The map doesn’t really make sense until you set off on the road. In Portuguese theatre maker Mónica Calle’s case, this cliché became a reality when she abandoned her original roadmap during the creation of her show Ensaio para uma Cartografia.
Mónica Calle is a professional actress and theatre maker. In Portugal she enjoys a unique status as an artist; elsewhere in the world, she is still relatively unknown. In her shows she pairs an interest in themes referring to human relationships, specifically love affairs, to a focus on the (female) body. 25 years ago, Calle founded the Casa Conveniente theatre company. Since 1992, Cais do Sodré, the Lisbon district where Casa Conveniente had its home, had been gentrifying, changing from a port district with dockers and sex workers into a hip and expensive neighbourhood. By 2014, the company, which was named after the local supermarket that was the original occupant of its building, was feeling chased out of the area and moved to a different district: “It was a year of breaking away, of reconsidering everything, of blazing a trail across the city, an emotional journey,” Calle explained to the Portuguese magazine GPS. They ended up on the outskirts of Lisbon in an district called Zona Jota, which had a bad reputation. Here Calle started creating her projects in collaboration with the local community, as she told journalist Ana Pais from the website Critical Stages: “What I felt In Zona Jota was that working there would have a consequence, not just for the community but also for my artistic work. It was stimulating, both artistically and personally. It gave me the possibility of not restricting my work to a minority, a homogenous group of cultural consumers. I believe that the whole dynamic we create with our presence in that neighborhood is inscribing its territory in the city. I ask myself: how can an artistic practice inscribe marginality in the center of a city? I have always been interested in mixing people and contexts, in creating movement.”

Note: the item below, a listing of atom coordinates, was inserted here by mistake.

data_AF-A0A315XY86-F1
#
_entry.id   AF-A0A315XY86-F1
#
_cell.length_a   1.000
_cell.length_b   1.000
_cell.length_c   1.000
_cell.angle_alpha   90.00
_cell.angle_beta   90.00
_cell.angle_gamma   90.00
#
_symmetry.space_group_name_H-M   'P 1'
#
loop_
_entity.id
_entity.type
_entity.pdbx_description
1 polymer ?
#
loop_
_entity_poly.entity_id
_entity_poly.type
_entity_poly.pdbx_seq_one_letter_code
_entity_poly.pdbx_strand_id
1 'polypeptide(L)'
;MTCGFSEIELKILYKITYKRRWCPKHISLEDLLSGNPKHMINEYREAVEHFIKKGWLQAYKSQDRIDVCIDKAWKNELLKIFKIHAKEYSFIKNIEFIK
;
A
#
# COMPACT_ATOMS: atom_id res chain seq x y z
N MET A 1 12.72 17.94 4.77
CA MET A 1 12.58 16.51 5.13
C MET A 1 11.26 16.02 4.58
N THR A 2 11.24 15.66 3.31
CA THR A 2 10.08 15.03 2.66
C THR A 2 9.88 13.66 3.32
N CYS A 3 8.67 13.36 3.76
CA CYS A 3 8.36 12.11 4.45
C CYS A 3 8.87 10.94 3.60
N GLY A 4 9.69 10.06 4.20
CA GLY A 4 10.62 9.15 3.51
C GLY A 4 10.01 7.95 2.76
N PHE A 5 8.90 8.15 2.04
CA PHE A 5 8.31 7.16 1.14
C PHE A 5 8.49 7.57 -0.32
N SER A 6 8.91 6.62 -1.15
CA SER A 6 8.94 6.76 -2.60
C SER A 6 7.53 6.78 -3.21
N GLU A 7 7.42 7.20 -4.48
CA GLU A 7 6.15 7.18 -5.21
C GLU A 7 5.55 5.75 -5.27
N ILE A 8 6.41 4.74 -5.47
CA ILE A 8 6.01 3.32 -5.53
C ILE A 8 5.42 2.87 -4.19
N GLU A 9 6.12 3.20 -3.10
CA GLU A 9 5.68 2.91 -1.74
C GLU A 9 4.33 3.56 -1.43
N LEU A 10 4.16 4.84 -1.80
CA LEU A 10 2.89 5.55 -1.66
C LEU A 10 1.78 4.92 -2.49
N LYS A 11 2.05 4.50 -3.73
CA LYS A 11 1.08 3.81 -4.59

During the transition Calle planned to base her next show on the ‘sung ballet’ The Seven Deadly Sins by the politically outspoken German playwright Bertolt Brecht. Calle intended to use the seven districts of Lisbon and the seven regions of Portugal as a blueprint for the production. But she reconsidered: “Going through my mind was one of Leonard Bernstein’s rehearsals. I shut myself up at home to revisit the project and forced myself to watch these orchestra rehearsals.“ As Calle continued on her artistic roadmap, she ultimately created the show that is coming to SPRING in Autumn: Ensaio para uma Cartografia, which roughly translates as A rehearsal for a Cartography. Calle wonders how to create a map of a route, a city or a country? How to go back to the start? And how to continue?
The show sees 12 actresses, their ages ranging from 22 to 50, attempting to perform a classical dance, while trying to play an excerpt from a complex symphony on cellos, violins and double bass. The attempt is endlessly repeated – in the same obsessive vein in which composer Ravel wrote his Bolero: “I began by stripping everything away, from text to costumes, until I came closer and closer to the essence: challenge, effort, and emotion. We try to work with disciplines we are not trained in, like dance and classical music. We see where it takes us, and observe what is left at the core, both artistically and personally.” What about the text in the show? It comes from the conductors, yelling off-stage.
Ensaio para uma Cartografia is shown at October 31st in Stadsschouwburg Utrecht. For tickets, click here.